17. This is one of those literary books that I appreciate, but that never really grabbed my attention. It's so similar to my reaction to Now in November, also a book I was hoping to really like, that comparing the two is the only way I can explain it. Both are short but well-written literary books with a strong sense of place, grounded in the natural world--the Irish setting here is particularly vivid and beautifully described, both visually and culturally, and I enjoyed all the little household det [...]

    18. I heard about this book on the Guardian Books Podcast and knew right away I'd like it. Coming from an Irish author from the 50s, this book challenged society of the day in a way taken for granted today. Yet, O'Brien manages this without being vulgar or explicit at any point. The book really captures rural Ireland, even an Ireland I can remember and have seen despite being quite so old. The back-biting nature of the small village and those in it was just so accurate as to be scary. From the girls [...]

    19. What a sad, gorgeous book this turned out to be. It follows young Caithleen and her best friend/bitterest enemy Baba from their rural adolescence to a convent school, and then on to big, bad Dublin to make their way as young women.Their small town is portrayed as heartbreakingly beautiful, but the people are ugly -- Caithleen's alcoholic father, the creepy inkeeper and would-be poet who pursues her, and Baba's beautiful addled mother. O'Brien is a powerful descriptor of both the physical world a [...]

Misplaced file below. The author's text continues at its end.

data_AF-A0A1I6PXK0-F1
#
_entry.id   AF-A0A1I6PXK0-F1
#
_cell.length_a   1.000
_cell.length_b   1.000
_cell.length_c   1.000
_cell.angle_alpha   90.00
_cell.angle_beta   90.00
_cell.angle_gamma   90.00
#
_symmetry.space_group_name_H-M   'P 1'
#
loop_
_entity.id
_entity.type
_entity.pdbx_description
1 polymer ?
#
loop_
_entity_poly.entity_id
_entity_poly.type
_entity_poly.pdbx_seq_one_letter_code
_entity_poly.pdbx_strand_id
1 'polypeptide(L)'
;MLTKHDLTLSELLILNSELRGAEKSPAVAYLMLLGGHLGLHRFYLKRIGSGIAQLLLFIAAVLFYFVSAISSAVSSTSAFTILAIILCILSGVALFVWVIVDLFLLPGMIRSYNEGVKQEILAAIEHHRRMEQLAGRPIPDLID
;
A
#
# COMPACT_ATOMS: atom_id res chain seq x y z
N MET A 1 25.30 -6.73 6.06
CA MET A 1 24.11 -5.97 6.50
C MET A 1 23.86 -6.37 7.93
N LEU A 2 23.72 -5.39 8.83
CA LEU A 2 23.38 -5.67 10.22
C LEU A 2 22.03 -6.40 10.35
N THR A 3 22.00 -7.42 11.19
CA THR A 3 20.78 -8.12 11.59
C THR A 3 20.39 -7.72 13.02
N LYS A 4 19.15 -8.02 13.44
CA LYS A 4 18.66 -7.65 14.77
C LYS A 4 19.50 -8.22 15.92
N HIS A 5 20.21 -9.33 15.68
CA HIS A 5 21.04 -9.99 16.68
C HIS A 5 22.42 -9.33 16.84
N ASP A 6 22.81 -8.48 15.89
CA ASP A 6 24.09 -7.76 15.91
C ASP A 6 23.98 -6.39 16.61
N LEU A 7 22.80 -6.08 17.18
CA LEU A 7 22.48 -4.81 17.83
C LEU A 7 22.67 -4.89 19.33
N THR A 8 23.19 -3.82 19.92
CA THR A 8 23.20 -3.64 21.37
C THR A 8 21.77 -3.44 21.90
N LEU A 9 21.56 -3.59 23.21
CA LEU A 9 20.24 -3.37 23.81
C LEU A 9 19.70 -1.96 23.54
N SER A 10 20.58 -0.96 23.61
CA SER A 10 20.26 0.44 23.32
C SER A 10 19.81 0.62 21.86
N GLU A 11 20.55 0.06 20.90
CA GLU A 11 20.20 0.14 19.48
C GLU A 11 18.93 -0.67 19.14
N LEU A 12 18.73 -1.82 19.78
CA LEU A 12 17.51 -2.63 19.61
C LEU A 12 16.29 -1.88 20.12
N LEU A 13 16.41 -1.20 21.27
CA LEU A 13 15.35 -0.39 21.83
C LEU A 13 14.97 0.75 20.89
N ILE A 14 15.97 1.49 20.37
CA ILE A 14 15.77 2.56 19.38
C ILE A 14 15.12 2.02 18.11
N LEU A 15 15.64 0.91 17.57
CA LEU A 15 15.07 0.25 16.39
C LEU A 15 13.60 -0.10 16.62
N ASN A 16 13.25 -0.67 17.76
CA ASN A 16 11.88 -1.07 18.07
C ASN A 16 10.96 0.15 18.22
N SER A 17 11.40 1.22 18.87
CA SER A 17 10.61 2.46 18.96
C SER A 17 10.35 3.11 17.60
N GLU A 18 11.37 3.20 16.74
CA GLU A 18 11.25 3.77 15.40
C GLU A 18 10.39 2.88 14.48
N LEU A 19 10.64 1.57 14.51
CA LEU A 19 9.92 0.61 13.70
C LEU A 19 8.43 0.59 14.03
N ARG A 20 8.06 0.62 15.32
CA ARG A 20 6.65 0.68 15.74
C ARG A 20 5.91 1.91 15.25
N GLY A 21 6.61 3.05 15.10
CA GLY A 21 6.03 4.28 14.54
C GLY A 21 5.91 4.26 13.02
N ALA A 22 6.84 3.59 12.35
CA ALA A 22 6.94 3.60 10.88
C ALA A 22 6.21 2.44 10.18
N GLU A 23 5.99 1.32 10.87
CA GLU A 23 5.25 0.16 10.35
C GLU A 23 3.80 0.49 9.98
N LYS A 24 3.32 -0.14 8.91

20. The story started slow, but then there was an interest to see where this would go. I would say Edna O'Brien is a good writer because I am so totally upset over the way one of the character acts, but that is how I should feel.

    21. Another re-read straight after reading Girl With Green Eyes, which meant I read them in the wrong order. I didn't like this one quite as much, but still loved it.

    22. Now I know who wrote the book on girl boredom and the cabbage based cuisine of boarding schools. The smell just gets into everything. Overpowers the cake which has to be eaten with an extra utensil. No, I never mastered the fork, knife, and giant spoon method of eating cake. You tube wasn't invented yet. Because there has to be a video about it. No, I just got in shit every cake night.Superb little book about everything through nothing. Finding the next two in the series was a hunt for hens' tee [...]

    23. Durante los primeros cuatro o cinco capítulos llegué a pensar si no sería una versión femenina de Tom Sawyer (intuición masculina, lo llaman). Más adelante, por momentos, el tono me recordó al de Las cenizas de Ángela, ya sabéis, eso de contar miserias y atrocidades con un cierto tono melancólico, pero carecía de su humor y su ironía. Al final me ha parecido poco más que una sencilla novela juvenil .Por destacar algo, cito algunos detallitos que me hicieron sonreír, tonterías que [...]